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02-06-2013 | Genetics | Article

Primary NSCLC shares mutations with metastases


Free abstract

medwireNews: Scientists have found a high level of concordance in the genetic mutations of pairs of primary non-small-cell lung cancer (NSCLC) and metachronous or synchronous metastases.

"Our data indicate that archived primary material could be a suitable specimen for clinical decision on development of metastatic disease," Jean-Charles Soria (INSERM U981, Institut Gustave Roussy, Villejuif, France) and co-workers write in the Journal of Clinical Oncology.

"If confirmed in a larger series, such results do not support the routine need for a new biopsy on first recurrence solely for these purposes, since variability in recurrent alterations status is low."

Genomic libraries were created for matched specimens of primary tumor and metastases taken from 15 patients, covering 3230 exons in 182 cancer-related genes and 37 introns in 14 other genes frequently rearranged in cancer.

This revealed 311 genomic alterations in the samples, the majority of which were nonrecurrent "passenger" mutations unlikely to have any impact on tumor development, report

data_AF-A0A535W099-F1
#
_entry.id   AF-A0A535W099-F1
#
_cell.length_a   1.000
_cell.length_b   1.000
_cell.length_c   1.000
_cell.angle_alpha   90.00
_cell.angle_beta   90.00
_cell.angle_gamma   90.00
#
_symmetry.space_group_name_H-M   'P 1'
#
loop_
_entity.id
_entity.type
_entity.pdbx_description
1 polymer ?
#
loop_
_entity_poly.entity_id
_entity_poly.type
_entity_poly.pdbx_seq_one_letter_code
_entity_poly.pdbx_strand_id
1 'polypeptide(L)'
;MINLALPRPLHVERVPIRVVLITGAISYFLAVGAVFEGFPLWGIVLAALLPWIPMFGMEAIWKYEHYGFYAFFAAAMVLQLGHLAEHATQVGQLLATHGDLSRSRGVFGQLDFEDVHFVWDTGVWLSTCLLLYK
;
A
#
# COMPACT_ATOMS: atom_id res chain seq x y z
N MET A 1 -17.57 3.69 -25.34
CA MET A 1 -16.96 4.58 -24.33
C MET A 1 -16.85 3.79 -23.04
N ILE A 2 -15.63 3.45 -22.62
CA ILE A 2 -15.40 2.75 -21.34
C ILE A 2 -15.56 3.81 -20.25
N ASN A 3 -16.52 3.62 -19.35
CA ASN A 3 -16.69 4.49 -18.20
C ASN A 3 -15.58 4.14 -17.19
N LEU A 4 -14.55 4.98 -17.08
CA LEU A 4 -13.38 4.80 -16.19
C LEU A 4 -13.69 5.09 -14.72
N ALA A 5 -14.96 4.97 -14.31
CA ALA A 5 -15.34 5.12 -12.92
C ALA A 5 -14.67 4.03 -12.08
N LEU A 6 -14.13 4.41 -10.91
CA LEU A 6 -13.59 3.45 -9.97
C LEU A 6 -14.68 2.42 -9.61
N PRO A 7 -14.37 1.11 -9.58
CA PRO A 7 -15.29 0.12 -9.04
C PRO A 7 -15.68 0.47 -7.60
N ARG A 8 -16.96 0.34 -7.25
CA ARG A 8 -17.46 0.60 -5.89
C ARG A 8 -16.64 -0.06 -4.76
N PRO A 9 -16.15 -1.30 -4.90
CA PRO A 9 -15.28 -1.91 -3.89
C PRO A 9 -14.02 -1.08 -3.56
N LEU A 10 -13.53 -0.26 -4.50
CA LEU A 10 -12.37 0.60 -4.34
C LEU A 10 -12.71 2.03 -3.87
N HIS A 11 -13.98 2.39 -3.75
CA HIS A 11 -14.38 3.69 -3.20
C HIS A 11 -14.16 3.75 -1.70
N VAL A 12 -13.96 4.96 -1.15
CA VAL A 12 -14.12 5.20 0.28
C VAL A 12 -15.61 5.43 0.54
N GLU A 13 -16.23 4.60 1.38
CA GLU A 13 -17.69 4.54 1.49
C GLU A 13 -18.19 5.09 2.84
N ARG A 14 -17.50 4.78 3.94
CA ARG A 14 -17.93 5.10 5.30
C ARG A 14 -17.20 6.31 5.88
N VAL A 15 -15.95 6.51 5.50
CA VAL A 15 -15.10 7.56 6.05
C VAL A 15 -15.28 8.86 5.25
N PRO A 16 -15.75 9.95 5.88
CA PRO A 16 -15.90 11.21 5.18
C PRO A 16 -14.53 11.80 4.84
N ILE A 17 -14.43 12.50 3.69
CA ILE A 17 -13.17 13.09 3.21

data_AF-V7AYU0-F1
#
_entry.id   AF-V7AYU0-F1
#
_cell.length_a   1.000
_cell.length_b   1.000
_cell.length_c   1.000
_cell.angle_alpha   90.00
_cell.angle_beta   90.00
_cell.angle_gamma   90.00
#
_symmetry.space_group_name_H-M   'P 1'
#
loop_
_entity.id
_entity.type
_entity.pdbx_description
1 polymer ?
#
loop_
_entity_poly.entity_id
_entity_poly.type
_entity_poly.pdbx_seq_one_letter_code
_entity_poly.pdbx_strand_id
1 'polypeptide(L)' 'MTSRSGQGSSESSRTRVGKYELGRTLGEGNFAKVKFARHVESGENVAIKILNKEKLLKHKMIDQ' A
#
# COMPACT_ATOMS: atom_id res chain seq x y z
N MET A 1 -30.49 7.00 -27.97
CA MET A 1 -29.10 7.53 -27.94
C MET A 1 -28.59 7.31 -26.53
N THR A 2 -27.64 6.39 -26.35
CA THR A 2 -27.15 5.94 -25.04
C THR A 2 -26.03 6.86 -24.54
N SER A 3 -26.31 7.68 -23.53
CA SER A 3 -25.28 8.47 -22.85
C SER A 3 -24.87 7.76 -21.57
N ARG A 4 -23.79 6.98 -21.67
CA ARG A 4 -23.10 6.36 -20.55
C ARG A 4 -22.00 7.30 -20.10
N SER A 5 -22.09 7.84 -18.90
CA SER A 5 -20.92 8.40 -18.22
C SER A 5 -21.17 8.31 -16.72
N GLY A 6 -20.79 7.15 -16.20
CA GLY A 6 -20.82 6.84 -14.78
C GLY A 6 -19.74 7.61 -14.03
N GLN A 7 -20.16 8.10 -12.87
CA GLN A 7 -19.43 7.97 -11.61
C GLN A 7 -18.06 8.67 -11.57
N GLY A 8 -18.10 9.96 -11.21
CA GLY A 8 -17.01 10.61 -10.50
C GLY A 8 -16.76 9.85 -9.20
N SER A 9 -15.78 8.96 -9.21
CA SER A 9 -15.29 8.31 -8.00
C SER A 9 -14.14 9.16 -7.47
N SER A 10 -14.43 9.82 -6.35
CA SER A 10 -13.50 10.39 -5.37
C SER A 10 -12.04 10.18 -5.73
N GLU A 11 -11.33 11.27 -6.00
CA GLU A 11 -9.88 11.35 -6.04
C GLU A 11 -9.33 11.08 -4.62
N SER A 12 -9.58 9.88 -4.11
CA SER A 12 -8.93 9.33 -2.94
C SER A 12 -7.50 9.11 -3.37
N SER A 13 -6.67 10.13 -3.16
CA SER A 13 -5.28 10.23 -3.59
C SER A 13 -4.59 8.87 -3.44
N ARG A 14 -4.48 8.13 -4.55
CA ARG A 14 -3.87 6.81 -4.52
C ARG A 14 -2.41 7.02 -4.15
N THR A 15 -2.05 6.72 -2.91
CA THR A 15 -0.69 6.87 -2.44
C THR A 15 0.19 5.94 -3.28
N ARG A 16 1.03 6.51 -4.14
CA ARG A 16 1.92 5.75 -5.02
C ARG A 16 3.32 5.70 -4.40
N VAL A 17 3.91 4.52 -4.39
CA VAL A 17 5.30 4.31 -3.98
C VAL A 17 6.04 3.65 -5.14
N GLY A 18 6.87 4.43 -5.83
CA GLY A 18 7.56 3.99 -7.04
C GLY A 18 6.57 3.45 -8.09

However, 63 previously known recurrent alterations were detected in the primary (n=32) and metastatic (n=31) samples. TP53 was the most commonly affected gene, altered in both samples of 12 patients, with one of these patients also having a EGFR alteration in both their primary and metastatic sample.

Other genes affected in the primary tumor, metastases, or both samples included KRAS in four patients, PIK3CA in three patients, and STK11 in three patients. Ten patients had between two and four known mutations in their tumors.

Overall, the concordance rate for the known alterations found in primary tumors and matched metastases was 94%, compared with just 63% for passenger mutations.

Nevertheless, Soria et al caution that "the need for a new biopsy of a metastatic lesion may be crucial in order to understand acquired resistance, and future studies should focus on the question of putative selection pressure during the disease course of each patient."

medwireNews ( is an independent clinical news service provided by Springer Healthcare Limited. © Springer Healthcare Ltd; 2013

By Lynda Williams, Senior medwireNews Reporter